School choice. A portfolio of options. Charters. Vouchers. Virtual classrooms. This is the vocabulary of the 21st-century American education system—and having more of these private options is exactly what policymakers, like Secretary of Education Betsy DeVos, would like to see. But where did the idea of “public charter schools” come from? And what kind of impact does siphoning money away from the public education system have on the students who remain in that system—or the ones who are taking virtual geometry classes in their kitchens? Noliwe Rooks tackles these questions in her new book, Cutting School: Privatization, Segregation, and the End of Public Education.
Go beyond the episode:
- Noliwe Rooks’s Cutting School: Privatization, Segregation, and the End of Public Education
- Read the “A Nation at Risk” report that set the stage for business-first educational reform
- Listen to This American Life’s two-part series, “The Problem We All Live With” on two schools that integrated in the 21st century—one by accident, and one on purpose
- Two 2017 studies about Washington, D.C., a city with nearly 43 percent of its students enrolled in public charter schools, found not only that public schools remains highly segregated, but that private school enrollment contributes to the problem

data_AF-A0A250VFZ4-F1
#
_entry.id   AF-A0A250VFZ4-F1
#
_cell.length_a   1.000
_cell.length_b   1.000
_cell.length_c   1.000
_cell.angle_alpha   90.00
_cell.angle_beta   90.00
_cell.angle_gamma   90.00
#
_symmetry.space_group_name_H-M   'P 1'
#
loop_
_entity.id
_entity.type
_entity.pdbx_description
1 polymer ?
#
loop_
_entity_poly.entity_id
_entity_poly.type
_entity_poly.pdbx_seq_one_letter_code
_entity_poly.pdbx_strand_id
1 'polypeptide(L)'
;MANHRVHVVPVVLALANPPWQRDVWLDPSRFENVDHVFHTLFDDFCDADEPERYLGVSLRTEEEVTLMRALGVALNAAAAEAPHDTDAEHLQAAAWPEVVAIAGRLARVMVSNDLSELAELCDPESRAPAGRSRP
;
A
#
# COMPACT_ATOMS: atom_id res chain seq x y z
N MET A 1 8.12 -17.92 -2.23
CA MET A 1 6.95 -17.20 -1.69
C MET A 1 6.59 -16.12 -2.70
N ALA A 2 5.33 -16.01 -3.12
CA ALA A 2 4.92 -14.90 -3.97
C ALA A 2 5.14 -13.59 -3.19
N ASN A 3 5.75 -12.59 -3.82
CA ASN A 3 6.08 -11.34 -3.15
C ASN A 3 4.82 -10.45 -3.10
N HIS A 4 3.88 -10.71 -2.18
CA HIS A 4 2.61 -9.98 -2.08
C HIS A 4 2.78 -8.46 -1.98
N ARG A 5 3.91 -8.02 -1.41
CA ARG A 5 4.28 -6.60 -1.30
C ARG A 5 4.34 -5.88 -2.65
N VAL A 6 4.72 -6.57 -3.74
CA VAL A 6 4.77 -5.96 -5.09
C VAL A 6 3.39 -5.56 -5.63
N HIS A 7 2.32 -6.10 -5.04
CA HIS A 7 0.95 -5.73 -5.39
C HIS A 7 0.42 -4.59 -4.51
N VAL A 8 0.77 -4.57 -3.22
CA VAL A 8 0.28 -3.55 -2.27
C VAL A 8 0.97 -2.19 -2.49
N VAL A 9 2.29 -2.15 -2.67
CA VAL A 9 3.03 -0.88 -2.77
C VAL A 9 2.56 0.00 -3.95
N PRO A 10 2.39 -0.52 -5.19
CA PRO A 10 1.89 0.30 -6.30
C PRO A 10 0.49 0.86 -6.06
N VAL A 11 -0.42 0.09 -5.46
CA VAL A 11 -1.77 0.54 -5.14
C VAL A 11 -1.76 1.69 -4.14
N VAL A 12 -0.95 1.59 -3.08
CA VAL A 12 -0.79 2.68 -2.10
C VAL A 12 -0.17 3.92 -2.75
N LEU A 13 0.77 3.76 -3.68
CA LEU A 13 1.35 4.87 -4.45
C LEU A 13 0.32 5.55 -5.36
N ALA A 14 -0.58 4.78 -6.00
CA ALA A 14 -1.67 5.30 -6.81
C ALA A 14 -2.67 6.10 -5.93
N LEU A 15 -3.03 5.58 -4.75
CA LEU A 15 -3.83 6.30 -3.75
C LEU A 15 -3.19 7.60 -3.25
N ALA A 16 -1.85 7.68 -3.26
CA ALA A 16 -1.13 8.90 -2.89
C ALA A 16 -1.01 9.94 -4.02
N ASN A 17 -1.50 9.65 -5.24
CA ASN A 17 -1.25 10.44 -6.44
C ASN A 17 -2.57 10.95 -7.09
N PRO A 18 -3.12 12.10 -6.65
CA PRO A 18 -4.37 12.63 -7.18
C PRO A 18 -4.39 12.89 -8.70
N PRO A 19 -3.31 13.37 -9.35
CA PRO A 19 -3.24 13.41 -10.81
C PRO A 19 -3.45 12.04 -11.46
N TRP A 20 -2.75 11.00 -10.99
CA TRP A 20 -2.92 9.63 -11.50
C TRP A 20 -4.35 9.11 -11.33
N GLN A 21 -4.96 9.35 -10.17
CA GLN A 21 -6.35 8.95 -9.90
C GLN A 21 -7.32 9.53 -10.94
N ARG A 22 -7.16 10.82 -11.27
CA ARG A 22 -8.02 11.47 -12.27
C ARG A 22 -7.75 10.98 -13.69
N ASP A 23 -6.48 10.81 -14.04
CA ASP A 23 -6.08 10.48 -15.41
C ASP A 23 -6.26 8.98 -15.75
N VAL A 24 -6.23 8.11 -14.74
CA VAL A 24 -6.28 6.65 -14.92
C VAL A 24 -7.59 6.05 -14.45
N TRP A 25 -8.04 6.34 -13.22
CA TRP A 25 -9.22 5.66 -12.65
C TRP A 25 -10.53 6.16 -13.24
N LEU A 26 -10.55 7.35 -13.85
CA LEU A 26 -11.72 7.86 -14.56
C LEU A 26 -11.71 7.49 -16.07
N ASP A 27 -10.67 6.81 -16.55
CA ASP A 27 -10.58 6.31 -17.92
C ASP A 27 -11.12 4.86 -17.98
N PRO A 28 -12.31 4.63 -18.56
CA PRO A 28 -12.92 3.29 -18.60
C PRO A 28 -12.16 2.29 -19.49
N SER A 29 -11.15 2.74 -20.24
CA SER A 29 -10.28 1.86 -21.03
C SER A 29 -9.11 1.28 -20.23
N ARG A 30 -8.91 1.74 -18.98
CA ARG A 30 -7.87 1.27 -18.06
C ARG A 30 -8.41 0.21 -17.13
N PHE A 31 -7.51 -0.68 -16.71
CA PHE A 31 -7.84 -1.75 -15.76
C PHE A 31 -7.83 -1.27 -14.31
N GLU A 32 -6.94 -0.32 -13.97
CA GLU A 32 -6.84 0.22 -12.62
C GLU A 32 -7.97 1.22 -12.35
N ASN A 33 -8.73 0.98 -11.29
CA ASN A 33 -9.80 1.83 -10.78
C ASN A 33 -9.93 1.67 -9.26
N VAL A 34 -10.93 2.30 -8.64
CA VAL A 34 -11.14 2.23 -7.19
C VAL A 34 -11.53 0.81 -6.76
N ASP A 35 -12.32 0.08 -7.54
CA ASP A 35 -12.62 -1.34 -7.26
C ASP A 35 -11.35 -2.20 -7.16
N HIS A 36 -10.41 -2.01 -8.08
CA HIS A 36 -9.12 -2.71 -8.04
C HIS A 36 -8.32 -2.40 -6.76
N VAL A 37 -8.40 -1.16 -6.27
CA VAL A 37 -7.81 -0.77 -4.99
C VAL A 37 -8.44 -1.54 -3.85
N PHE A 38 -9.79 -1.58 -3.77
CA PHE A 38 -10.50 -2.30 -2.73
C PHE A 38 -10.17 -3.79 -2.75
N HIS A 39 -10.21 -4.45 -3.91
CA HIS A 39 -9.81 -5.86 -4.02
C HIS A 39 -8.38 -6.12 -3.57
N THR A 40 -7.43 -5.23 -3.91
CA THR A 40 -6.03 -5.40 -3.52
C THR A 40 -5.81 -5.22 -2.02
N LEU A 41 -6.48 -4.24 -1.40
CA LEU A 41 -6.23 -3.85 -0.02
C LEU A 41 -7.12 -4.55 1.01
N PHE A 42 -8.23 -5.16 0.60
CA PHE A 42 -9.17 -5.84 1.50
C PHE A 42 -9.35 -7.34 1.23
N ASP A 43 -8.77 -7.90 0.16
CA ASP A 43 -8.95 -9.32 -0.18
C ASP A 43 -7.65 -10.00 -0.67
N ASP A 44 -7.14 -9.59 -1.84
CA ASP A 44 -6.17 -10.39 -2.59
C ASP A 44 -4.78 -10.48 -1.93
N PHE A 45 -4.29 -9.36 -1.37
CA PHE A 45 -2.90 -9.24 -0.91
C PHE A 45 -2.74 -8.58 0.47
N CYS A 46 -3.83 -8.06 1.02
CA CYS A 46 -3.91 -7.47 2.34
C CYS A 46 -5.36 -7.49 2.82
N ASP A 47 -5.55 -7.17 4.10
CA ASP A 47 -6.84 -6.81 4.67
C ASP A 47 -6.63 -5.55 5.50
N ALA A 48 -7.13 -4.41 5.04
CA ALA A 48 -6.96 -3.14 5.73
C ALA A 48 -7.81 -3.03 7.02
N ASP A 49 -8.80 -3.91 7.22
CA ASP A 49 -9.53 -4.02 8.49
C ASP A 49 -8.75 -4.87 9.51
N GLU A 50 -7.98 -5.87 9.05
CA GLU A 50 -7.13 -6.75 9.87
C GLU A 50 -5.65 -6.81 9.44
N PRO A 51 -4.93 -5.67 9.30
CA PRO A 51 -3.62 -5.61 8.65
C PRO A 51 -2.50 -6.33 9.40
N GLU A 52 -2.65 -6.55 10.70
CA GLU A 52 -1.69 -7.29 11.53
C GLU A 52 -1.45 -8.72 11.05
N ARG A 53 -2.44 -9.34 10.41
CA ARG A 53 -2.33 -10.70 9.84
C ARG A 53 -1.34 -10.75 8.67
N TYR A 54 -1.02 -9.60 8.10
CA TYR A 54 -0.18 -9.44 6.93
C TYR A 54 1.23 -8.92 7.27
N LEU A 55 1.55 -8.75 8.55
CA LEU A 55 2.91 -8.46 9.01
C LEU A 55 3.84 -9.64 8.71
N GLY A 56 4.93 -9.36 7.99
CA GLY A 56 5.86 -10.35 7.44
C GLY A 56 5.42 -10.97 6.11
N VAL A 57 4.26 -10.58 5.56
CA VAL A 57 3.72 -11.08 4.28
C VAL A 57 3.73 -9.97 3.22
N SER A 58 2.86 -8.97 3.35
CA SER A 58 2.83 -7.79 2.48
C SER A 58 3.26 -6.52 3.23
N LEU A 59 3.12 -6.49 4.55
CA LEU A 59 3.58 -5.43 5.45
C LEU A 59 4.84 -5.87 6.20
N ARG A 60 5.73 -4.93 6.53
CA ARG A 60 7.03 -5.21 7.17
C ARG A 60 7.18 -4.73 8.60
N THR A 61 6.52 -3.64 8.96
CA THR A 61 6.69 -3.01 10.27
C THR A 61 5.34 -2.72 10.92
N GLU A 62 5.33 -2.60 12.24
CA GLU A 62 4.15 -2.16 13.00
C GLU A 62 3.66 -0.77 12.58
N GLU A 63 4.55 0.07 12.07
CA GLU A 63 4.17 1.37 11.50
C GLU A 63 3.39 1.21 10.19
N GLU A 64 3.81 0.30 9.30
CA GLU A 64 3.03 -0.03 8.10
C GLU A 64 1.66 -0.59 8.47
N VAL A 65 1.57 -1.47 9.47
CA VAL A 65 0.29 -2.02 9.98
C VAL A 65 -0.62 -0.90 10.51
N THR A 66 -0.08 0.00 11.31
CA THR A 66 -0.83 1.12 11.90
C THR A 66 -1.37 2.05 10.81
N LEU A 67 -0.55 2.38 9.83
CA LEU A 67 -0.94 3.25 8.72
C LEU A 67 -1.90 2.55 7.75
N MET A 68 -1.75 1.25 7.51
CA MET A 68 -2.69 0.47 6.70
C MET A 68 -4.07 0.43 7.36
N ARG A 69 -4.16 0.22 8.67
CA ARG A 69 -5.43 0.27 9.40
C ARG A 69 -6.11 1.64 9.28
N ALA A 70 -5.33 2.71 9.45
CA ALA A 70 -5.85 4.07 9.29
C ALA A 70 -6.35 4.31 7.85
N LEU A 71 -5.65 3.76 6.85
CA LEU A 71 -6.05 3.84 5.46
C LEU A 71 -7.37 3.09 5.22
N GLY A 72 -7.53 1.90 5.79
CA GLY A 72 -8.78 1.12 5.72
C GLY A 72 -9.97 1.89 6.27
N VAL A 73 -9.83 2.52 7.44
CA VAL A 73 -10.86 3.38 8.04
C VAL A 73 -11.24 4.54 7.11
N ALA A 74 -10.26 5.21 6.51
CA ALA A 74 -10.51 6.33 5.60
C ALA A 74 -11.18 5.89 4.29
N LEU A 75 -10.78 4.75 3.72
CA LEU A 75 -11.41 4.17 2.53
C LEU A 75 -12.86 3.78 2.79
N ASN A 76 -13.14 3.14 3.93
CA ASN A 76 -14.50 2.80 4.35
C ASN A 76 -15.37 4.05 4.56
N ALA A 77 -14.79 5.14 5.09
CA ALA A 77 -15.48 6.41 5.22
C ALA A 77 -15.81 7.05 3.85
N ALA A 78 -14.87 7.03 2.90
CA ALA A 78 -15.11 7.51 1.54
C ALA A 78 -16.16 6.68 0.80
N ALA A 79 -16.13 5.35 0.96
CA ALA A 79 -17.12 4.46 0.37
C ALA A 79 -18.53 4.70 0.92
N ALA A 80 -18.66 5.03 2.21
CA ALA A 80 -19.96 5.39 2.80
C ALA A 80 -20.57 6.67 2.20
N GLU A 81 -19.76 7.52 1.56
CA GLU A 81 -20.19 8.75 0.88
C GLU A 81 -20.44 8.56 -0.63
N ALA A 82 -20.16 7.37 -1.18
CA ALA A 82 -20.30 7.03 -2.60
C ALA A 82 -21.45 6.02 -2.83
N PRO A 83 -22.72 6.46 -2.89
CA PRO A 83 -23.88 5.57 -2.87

Tune in every two weeks to catch interviews with the liveliest voices from literature, the arts, sciences, history, and public affairs; reports on cutting-edge works in progress; long-form narratives; and compelling excerpts from new books. Hosted by Stephanie Bastek.
Download the audio here (right click to “save link as …”)
Have suggestions for projects you’d like us to catch up on, or writers you want to hear from? Send us a note: podcast [at] theamericanscholar [dot] org. And rate us on iTunes!
Our theme music was composed by Nathan Prillaman.
Permission required for reprinting, reproducing, or other uses.